Monday, October 1, 2012
A new Renaissance in Catholic Architecture and Sacred Art
The newly completed (if not quite fully furnished) Our Savior Catholic Church a the University of Southern California is a truly stunning building. The church and the adjacent Caruso Catholic Center, which houses the student center, a conference facility/ banqueting room, and the administration offices, sits tightly but elegantly on the small site at the corner of Hoover and 32nd Street, just north of the campus. From each direction for both pedestrians and drivers, the project has a strong and deliberate sense of iconic presence: one immediately and intuitively knows this is a church building, and more importantly one senses this is an important building.
The muscular massing of the Romanesque chapel -- chosen to harmonize with the historical architectural style of the USC campus -- is manifest by the strong and rhythmic buttresses and monumental stained glass windows, the protruding octagonal apse which addresses the main intersection, and the towering campanile.
The choice of split face travertine, retrieved from a 1500 year old stone quarry in Italy that once furnished stone for the facade of St Peters at the Vatican, framed by elegant precast details, and articulated by the Spanish tile roof and copper rain gutters, collector boxes and downspouts, enhance the muscular corporeality befitting of a church dedicated to Our Savior.
The broad east faced, which fronts the courtyard, is a dignified and well proportioned composition which sets the main entrance doors in an elegant Romanesque (which will be graced by a stone tympanum of Christ in glory flanked by two angels, designed and executed by Jason Arkles of Florence Italy), with the large rose window above.
The compact site creates a very urban and civic sense to the project, inviting the passersby onto the property and welcoming them into the church.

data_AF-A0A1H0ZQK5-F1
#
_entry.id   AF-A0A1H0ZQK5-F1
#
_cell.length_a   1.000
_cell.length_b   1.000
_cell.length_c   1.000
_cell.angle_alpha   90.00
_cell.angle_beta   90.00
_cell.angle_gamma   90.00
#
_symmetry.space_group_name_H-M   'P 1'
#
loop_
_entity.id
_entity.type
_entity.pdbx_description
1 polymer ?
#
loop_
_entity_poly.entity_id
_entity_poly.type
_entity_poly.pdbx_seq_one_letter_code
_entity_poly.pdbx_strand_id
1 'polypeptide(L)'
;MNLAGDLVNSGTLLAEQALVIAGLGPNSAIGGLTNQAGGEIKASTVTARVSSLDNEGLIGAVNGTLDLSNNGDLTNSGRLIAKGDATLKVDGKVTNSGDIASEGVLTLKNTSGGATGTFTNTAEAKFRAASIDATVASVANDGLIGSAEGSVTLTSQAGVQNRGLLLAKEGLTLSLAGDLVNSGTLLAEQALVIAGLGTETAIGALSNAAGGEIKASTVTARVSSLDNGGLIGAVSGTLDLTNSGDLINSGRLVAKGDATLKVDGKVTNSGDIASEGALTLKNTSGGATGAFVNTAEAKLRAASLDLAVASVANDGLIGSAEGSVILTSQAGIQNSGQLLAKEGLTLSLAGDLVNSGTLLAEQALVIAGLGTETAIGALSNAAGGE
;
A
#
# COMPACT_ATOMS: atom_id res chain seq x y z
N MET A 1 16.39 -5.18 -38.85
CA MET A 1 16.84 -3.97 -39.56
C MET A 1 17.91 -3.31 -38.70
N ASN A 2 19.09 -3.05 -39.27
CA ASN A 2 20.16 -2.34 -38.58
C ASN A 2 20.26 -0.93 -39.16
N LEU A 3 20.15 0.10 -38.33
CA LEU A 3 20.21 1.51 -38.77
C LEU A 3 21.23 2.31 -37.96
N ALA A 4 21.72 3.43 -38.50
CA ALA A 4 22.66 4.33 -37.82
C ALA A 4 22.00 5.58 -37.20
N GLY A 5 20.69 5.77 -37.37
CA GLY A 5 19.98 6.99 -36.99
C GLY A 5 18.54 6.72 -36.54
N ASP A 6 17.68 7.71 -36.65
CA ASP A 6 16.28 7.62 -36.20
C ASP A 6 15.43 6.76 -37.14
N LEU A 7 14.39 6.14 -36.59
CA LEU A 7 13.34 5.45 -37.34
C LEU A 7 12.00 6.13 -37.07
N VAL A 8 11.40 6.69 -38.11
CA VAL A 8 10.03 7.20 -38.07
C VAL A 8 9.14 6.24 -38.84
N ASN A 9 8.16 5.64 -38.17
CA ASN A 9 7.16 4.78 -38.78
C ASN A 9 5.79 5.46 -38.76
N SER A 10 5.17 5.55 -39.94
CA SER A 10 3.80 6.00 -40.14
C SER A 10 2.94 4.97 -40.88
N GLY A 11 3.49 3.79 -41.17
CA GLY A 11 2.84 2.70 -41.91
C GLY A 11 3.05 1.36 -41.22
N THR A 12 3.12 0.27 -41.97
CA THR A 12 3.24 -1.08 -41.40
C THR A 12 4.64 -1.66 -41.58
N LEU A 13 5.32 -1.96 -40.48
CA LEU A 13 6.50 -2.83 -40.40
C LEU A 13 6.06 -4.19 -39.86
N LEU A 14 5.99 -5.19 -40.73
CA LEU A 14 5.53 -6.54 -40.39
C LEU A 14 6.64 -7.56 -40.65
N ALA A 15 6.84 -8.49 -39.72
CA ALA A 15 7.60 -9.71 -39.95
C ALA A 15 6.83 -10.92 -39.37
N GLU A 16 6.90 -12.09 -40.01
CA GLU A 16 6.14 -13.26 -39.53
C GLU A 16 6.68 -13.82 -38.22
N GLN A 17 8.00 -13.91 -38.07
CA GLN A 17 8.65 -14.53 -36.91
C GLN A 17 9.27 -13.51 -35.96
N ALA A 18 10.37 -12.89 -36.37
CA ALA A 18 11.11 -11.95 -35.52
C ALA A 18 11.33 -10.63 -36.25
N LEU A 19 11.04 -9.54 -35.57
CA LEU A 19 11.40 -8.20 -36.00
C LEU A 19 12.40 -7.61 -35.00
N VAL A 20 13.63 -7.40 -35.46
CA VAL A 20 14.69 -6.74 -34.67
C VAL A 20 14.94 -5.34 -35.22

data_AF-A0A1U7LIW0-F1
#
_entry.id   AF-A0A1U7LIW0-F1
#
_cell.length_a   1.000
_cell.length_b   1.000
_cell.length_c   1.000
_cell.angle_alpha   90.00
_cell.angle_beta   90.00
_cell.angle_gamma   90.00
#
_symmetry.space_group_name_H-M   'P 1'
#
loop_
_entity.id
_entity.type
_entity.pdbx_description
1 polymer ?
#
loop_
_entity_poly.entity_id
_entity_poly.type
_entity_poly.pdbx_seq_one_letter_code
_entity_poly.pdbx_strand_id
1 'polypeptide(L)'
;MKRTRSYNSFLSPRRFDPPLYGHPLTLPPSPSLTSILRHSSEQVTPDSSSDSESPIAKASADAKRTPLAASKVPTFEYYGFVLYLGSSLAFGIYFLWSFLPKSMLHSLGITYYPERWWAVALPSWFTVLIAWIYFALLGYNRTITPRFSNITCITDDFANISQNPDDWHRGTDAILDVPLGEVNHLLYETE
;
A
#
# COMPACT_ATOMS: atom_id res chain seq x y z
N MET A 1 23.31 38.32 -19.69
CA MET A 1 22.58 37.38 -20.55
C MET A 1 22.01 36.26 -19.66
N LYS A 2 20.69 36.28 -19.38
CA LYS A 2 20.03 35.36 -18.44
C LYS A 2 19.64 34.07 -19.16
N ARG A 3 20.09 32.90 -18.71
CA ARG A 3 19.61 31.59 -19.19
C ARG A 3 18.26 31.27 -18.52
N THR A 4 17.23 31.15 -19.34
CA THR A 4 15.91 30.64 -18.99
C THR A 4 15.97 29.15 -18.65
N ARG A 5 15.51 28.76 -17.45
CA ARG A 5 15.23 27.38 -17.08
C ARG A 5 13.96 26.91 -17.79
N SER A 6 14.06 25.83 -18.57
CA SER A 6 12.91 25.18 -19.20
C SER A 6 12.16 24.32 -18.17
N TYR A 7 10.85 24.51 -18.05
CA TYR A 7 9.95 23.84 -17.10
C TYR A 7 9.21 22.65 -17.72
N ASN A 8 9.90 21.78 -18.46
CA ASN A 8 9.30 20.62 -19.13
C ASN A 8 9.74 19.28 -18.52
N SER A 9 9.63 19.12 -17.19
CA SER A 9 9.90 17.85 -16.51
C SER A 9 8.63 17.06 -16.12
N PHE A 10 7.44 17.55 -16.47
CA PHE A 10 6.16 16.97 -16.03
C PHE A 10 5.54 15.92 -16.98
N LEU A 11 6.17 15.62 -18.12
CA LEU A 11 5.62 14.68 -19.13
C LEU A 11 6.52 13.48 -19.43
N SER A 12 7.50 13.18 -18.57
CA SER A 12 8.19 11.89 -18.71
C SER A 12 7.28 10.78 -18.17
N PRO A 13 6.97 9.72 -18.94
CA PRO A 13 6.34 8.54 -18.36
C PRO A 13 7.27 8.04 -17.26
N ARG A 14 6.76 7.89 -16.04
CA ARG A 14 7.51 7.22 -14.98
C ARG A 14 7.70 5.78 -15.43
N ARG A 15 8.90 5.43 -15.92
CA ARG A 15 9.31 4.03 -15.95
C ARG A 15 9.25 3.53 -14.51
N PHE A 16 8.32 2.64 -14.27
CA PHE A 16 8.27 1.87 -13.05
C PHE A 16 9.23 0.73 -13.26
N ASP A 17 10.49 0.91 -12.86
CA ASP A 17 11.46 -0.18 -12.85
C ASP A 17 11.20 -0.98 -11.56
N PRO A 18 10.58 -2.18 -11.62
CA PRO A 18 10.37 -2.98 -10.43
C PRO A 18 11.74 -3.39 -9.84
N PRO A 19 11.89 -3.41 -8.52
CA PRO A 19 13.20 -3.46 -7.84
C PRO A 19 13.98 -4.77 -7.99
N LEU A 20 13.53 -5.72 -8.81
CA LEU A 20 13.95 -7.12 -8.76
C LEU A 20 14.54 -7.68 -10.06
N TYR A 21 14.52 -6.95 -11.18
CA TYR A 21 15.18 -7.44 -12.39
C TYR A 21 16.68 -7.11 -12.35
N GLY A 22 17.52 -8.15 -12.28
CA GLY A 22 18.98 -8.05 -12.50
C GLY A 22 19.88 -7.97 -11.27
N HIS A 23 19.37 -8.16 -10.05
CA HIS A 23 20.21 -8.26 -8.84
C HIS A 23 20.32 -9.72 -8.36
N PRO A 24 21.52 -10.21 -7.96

The more refined Caruso Catholic Center, with the finely proportioned classical facade and the elegant Italianate arcade, sits nobly but deferentially and harmoniously with the church to form the open plaza.
This arcade creates an important link both from the student center to the church, as well as to Hoover Street, which heightens the sense of welcome and civic participation of the Catholic community to the university community at large.
The cornerstone, designed by Liturgical Environs PC, is cut from Italian travertine. The inscription speaks to the dedication of the Church of Our Savior in the year 2012, and tells the history that this stone was blessed by Pope Benedict XVI on 21 April in the Year of Our Lord 2010.
The altar, made of marble and onyx, is framed by the classical reredos, which creates an open screen to the Blessed Sacrament chapel in the apse. Above the altar is the large bronze crucifix by the well known local sculptor, Christopher Slatoff. The Stations of the Cross are being prepared by the renown Peter Adams, which will be framed in the architectural surrounds cased in the wood paneling around the nave.
The windows are being executed by the Judson Studios of Pasadena CA, a fitting legacy to the heritage of David Judson's great-great-grandfather who was the first dean of the College of Fine Arts at USC, and whose studio occupies that original college building.
The ceiling is a hammerbeam system of heavy wood trusses and planks, which complement the lower wood paneling to create an harmonious and well ordered room for the celebration of the sacrament.
The apse will house the Blessed Sacrament in this handsome niche, creating a small chapel of devotion and contemplation. Looking down from the clerestory will be nine of the Doctors of the Church, as a fitting reminder of the ways in which we are called in Christ to raise our hearts and minds in the pursuit of education to the service of the Church and the people of God.
The church will be dedicated on 9 December 2012.
Client: Our Savior Catholic Parish, University of Southern California, Los Angeles, CA
Pastor: Reverend Lawrence Seyer
Director of Development: Mrs. Claire Faulkner
Design Architect: Elkus Manfredi, Boston MA
Architect of Record: Studio 111, Perkowitz+Ruth, Long Beach CA
Liturgical Designer: Steven J Schloeder, PhD AIA, Liturgical Environs PC, Phoenix AZ
Construction Manager: Matt Construction, Los Angeles, CA